• @[email protected]
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        3 months ago

        Ehhhh Westinghouse bankrupted Westinghouse. They decided they were going to cut Bechtel out of the project and build VC summer by themselves. Pocketing the “savings”. Problem is, the way things had worked for decades before is Westinghouse does the design and Bechtel does the construction. They couldn’t cut it on their own and it destroyed the company. They let the financial dinks speak louder than the engineers and payed for it dearly.

        There’s a chance things would have gone much different if they didn’t try to take on a work scope completely out of their league.

      • TroyOP
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        23 months ago

        Just general problems when using lowest bidder based contracting and cost-plus contracts. The same thing happens any time there’s any major project these days: pipelines, transmission lines, hydro plants, etc.

        • @Formes
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          53 months ago

          When you have a firm, that is ran by accountants - odds are, you have a firm that is great at squeezing on line items, but lacks the long term vision to see how that squeeze will lead to deficits and higher cost in the long term.

          The fastest way to plummet a successful company, is to take the Industry experts out of the position (I mean people who worked their way up through the industry, and learned management along the way by experts btw), and replace them with an MBA/ Accountant who got hired into their upper management position without really working in the industry prior to.

          And I pretty much guarantee you, this is what happened.

        • Sir_Osis_of_Liver
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          43 months ago

          The last power plant I worked on was Chinook generating station near Swift Current, a 350MW combined cycle plant for SaskPower. At $605M is was $75M under budget, you will never hear that on a nuclear project.

          The various wind installations are typically fairly close to budget and schedule as well. Hydro is problematic, and that does show in cost overruns, because it is very difficult to predict the geotechnical situation for a given site until excavation starts. Given the stress on the structures, even small differences accumulate rapidly.

          The worst thermal plant projects are consistently nuclear.

          The refurbishment of Lepreau was supposed to cost $1.5B and take 18 months, it ended up taking $2.5B and just under 4 years to complete.

          Flammanville-3 started construction in 2007 was supposed to be operational in 2012. They’re now estimating it will complete commissioning in 2024. Costs have gone from €3.3B to €20B+.

          Olkiluoto-3 started construction in 2005, was supposed to be operational in 2010, but only completed commissioning in 2022. Costs went from €3B to €11B, the not to exceed amount in the contract.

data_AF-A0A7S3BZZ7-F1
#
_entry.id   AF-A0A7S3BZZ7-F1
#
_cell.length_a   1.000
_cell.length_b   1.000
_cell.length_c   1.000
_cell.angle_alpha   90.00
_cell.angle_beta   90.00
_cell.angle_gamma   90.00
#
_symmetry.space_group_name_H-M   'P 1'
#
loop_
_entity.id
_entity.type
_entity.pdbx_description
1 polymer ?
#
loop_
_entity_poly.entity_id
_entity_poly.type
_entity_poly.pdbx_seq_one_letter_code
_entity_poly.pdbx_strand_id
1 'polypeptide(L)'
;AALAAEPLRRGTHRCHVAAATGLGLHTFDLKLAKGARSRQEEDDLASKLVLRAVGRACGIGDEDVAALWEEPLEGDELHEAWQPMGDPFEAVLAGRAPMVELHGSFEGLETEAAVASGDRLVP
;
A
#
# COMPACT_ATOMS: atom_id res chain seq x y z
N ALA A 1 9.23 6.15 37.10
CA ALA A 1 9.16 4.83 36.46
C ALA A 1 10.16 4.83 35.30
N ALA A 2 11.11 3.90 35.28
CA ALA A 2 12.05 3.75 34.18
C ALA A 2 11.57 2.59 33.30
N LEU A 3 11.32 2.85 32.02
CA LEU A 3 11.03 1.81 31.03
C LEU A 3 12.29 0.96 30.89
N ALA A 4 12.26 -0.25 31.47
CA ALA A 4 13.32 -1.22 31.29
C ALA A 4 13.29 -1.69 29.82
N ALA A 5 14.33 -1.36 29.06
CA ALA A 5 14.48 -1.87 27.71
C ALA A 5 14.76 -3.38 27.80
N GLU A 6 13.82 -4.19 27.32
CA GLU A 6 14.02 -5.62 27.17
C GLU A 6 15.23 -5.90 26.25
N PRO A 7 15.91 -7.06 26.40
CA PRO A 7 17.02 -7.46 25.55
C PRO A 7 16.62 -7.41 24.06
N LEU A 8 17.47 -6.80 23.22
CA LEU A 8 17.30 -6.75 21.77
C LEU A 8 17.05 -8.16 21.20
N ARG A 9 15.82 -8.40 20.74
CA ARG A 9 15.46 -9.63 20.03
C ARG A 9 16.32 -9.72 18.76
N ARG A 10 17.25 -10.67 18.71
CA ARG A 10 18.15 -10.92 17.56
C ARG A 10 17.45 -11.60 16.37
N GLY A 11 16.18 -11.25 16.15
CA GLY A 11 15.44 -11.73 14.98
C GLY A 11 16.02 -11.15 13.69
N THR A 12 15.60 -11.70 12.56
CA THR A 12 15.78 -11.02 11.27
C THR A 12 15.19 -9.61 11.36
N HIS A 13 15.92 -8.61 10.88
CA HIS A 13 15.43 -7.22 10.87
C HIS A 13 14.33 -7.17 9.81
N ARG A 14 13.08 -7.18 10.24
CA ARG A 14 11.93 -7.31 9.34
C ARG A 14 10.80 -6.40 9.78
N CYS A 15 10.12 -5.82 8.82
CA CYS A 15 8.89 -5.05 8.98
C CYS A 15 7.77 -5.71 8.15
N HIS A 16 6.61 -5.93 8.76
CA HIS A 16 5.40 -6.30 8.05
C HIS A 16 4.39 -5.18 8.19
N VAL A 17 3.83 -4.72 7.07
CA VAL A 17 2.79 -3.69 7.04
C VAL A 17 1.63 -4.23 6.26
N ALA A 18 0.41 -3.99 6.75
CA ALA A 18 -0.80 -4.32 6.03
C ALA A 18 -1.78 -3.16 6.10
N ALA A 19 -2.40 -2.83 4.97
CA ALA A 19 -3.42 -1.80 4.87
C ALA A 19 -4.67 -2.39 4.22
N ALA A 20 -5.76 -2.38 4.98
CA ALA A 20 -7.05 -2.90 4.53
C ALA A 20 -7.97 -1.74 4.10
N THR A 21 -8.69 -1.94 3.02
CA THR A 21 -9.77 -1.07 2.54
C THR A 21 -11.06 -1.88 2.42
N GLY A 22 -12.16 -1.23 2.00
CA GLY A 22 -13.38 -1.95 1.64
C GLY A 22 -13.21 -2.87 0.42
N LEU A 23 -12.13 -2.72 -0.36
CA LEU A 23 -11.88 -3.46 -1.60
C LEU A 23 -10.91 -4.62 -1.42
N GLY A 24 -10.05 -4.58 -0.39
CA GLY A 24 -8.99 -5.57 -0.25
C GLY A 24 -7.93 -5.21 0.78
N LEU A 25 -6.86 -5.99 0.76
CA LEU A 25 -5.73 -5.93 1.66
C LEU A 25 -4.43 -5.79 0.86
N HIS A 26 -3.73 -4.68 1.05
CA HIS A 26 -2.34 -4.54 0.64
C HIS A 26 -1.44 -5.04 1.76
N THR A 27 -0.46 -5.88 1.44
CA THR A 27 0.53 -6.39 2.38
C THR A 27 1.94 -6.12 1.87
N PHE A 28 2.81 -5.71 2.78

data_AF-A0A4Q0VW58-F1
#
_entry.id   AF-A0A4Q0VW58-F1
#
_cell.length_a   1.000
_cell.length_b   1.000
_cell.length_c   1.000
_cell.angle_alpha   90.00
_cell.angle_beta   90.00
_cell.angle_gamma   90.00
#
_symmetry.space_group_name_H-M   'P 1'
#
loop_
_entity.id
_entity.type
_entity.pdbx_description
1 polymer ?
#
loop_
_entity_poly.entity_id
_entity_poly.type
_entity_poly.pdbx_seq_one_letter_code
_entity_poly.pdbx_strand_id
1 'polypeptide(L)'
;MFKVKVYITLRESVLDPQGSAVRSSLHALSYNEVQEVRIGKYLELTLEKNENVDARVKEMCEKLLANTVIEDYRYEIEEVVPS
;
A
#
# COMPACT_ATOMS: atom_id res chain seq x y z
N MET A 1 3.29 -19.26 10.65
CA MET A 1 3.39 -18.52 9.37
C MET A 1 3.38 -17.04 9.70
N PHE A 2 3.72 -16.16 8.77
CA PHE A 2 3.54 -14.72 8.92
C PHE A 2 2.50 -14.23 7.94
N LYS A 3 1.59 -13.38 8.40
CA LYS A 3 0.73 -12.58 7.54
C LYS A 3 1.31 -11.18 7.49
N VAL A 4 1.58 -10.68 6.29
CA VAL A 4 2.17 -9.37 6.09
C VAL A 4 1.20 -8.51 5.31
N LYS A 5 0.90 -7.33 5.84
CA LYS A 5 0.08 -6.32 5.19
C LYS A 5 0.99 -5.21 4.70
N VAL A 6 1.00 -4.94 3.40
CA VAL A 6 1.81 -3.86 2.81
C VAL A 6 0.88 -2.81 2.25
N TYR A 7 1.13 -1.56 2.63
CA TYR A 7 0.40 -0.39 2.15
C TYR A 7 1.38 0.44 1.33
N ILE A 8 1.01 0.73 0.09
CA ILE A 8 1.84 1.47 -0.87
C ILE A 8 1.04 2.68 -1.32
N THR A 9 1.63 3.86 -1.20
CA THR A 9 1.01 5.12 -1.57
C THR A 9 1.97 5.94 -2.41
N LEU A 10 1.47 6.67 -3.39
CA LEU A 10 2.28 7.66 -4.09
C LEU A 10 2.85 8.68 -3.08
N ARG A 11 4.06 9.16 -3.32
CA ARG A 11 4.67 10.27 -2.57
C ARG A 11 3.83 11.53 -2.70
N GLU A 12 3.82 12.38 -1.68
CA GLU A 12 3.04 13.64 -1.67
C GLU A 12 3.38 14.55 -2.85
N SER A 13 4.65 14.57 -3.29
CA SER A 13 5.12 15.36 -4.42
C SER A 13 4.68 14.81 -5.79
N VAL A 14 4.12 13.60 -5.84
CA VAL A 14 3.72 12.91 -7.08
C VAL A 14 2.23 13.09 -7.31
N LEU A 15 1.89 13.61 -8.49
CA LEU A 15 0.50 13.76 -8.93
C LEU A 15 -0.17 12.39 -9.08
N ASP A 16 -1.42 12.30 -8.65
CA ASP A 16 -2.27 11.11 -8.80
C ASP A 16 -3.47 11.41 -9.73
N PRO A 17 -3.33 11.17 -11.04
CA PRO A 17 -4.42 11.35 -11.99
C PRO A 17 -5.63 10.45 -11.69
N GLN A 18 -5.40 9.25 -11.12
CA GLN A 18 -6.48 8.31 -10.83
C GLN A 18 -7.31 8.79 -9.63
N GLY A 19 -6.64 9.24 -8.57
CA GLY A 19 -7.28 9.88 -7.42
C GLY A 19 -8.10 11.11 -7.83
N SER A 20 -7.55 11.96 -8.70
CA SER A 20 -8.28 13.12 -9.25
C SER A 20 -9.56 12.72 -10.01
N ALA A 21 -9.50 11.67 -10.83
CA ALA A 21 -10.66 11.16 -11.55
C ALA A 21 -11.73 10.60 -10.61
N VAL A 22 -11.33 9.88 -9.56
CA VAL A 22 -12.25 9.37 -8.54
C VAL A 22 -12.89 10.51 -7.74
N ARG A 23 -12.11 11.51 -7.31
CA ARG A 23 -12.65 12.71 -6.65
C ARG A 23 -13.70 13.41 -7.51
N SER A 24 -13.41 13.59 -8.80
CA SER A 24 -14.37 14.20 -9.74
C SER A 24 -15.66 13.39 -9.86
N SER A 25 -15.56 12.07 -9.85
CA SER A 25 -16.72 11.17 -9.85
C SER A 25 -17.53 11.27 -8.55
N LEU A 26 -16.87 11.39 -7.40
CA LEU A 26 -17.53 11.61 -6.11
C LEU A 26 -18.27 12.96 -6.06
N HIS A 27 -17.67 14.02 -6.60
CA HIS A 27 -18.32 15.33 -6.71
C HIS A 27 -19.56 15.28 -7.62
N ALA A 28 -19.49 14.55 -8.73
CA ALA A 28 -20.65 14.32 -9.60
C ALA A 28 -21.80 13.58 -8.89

Hinkley Point C started about 2016, has been pushed back to 2028 and costs have gone from £16B to an estimated £32B.

          Vogtle has been covered, but the V.C Summer plant was no better. Initial estimate was $9B, but the project was cancelled while under construction when the estimated total was projected to exceed $23B.

          • BringMeTheDiscoKing
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            03 months ago

            The numbers for nuclear sound absolutely fantastic for whoever wins the contract. 🤔

    • @bionicjoey
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      33 months ago

      3 mile island wasn’t that big of a deal, and the mistakes there caused a complete redesign of how control panels for nuclear plants are layed out

  • Marxism-Fennekinism
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    3 months ago

    CTV 2050: Canada vows to triple nuclear power production by 2100 from what it was in 2023

  • Nik282000
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    Canada lies to Canadians, but first some clickbait bullshit to distract you. musical sting

    • @GameGod
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      03 months ago

      Can’t put nuclear fuel in a car lol

        • @GameGod
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          13 months ago

          The transport trucks that will go 1000km don’t.

          • @[email protected]
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            13 months ago

            That’s why railroads exist. JFC. Do the bare minimum amount of research about a topic before you attempt to red herring what the fuck.

            • @DerisionConsulting
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              But that would require basically every Canadian city to be already connect to some rail network. But that would cost too much and take too long. It would almost need to be nationalized and have been completed 1800’s. Maybe even specifically sometime in the early 1880’s.